Curriculum: Certificate in Crime Analysis and Prevention

May 18, 2022
June 22, 2022
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curriculum icon Curriculum at a Glance

Crime Analysis and Prevention: takes 3 semesters to complete with classes offered spring, summer, and fall. Graduate level statistics (prerequisite), transfer credit allowed with a 5 year limit. Applied Statistics in Criminal Justice (CJ7040) is offered in the spring semester only. The certificate takes 12 hours to complete, but that may vary depending on if the statistics class was transferred or has to be taken.

Electives: Need 6 Semester Credits (2 courses)

Pre-Requisite: Applied Statistics in Criminal Justice

This course will introduce the statistical techniques used in the social sciences, including criminology and criminal justice, with emphasis placed on interpretation of results and computer applications. The course will include learning the logic of, and how to calculate, different statistical techniques.

Introduction to Crime Mapping

This course is designed to teach the elementary skills and techniques of Geographic Information Science (GIS), with a focus on crime analysis, using ESRI ArcGIS 10.1, or similar software package. ArcGIS is a software platform that is used to apply geography to solving problems and making decisions. In addition to GIS techniques, we will be covering basic data preparation procedures, as well as a brief survey of various types of crime data and how to acquire such data. Topics to be covered will include querying, editing, designing, analyzing, and building map systems utilizing crime data. Analysis techniques will cover both attribute table and spatial data operations such as table relates and joins, spatial aggregation, and buffer analysis.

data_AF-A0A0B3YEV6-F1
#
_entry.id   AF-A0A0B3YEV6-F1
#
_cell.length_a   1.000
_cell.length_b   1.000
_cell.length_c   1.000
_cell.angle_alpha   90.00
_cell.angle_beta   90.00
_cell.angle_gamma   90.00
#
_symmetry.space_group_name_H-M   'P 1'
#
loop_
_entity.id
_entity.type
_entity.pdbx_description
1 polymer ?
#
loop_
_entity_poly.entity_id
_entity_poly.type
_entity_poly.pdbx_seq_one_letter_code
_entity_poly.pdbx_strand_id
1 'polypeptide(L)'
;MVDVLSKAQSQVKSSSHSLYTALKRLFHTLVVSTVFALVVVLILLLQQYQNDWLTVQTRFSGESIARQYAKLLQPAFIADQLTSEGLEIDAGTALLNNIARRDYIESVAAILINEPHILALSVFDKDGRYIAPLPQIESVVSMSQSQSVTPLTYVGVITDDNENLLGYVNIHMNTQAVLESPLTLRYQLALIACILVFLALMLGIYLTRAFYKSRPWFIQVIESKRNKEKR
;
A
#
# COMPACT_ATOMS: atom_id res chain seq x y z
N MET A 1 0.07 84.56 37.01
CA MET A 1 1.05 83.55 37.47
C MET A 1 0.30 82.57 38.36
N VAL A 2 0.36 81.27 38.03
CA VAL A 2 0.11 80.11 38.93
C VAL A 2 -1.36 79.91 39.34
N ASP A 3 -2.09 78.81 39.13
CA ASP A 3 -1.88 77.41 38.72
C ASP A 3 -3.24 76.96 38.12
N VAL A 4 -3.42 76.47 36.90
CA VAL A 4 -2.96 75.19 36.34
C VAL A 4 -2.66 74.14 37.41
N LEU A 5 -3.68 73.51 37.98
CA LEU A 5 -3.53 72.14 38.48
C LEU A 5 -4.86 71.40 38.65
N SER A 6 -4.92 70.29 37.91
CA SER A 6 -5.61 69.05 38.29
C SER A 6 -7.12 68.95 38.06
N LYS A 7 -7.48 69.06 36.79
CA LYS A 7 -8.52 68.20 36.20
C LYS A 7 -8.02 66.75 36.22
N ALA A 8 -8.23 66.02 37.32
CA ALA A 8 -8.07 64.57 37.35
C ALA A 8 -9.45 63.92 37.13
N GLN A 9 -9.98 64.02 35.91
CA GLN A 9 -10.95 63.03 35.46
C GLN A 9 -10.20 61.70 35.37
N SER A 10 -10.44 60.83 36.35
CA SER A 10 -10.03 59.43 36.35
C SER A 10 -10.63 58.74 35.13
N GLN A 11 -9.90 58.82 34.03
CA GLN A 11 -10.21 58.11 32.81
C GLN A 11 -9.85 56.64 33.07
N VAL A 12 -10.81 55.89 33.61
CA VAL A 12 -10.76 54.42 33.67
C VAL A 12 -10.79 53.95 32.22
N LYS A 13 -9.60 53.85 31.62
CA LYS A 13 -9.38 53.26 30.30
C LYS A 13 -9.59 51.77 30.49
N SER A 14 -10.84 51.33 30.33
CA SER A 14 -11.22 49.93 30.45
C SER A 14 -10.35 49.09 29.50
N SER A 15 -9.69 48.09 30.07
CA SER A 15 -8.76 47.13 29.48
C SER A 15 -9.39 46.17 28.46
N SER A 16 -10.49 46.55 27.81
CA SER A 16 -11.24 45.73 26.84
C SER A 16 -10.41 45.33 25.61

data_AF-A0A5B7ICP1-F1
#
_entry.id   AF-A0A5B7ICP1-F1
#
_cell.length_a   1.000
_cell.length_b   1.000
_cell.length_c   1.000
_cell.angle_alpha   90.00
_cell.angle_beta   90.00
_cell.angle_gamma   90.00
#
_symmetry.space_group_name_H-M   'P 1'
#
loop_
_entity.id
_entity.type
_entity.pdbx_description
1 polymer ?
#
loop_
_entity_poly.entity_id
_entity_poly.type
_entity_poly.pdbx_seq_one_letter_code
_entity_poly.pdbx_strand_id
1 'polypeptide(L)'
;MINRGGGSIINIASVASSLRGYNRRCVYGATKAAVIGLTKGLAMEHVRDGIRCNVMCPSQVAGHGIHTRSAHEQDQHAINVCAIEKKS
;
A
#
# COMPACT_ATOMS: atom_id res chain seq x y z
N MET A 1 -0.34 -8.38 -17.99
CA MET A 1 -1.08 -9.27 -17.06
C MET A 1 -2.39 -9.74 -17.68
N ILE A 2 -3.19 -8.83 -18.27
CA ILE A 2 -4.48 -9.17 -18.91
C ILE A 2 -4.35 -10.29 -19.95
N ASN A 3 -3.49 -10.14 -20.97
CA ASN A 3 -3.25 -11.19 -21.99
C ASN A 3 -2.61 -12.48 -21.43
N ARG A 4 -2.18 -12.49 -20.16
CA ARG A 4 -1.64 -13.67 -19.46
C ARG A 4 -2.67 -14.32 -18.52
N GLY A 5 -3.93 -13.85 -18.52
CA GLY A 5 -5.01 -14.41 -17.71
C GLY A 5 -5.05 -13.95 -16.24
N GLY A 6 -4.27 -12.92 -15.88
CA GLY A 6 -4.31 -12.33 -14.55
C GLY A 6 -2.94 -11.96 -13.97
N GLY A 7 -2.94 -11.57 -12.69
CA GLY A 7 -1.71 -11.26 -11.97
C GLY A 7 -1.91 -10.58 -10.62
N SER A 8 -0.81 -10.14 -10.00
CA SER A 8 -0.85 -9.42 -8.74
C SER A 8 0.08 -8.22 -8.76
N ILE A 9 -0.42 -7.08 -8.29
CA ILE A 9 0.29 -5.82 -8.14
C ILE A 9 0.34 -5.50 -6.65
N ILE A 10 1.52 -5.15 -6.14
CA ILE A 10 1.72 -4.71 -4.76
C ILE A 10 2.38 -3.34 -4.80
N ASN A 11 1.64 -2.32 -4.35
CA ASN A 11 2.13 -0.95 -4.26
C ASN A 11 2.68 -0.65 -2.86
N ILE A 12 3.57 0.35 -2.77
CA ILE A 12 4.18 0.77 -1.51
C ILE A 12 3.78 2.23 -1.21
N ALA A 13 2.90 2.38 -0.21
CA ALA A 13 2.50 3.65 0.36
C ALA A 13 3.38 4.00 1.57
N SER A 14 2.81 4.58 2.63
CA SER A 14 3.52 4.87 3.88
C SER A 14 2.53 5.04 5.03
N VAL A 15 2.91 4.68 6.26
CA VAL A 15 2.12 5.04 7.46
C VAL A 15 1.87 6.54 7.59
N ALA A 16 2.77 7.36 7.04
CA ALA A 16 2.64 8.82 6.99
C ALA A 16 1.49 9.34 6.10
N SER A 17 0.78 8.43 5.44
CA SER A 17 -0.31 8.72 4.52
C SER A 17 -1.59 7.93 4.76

Advanced Crime Analysis

This course teaches students about the practice of crime analysis in law enforcement. Students will learn the terminology, principles, and techniques crime analysts use in everyday practice. A major component of this class is learning how to perform advanced analytical techniques employed by crime analysts using software programs such as ArcGIS 10.3, Excel 2013, and CrimeStat IV, or other versions as appropriate.

Elective: Theory and Practice of Crime Prevention

This course is designed to provide an exploration of the various approaches to reducing crime as well as the theories that inform those approaches. We will focus most fully on situational approaches to crime prevention, though we will also explore crime prevention through social development, community-based crime prevention. We will also examine how policing intersects with these various approaches to crime prevention.

Elective: Theory and Practice of Law Enforcement

This is an introductory course on policing for graduate students. The course explores the origins of policing, especially the British antecedents of American police, and explanations for the development and structure of contemporary police. The current state of policing in America is examined, as are continuing and emerging issues in policing and law enforcement. The future of American policing is considered and assessed.

Elective: Applied Crime Prevention

This course covers the fundamental theories of environmental criminology (AKA Crime Science) – rational choice perspectives, advanced routine activity theory, crime pattern theory, situational crime prevention, and problem-oriented policing – and shows how these theories can be used to diagnose the causes of specific crime problems, develop and implement solutions to these problems, and evaluate the effectiveness of solutions. It also examines criminal adaptation to prevention and how this can be measured and countered.

Elective: Seminar on Police Effectiveness

This course covers research and evaluation into what types of interventions used by the police have an effect on crime, disorder, and fear of crime. It examines theories of police effectiveness, methods for determining effectiveness, and the empirical results of effectiveness studies.

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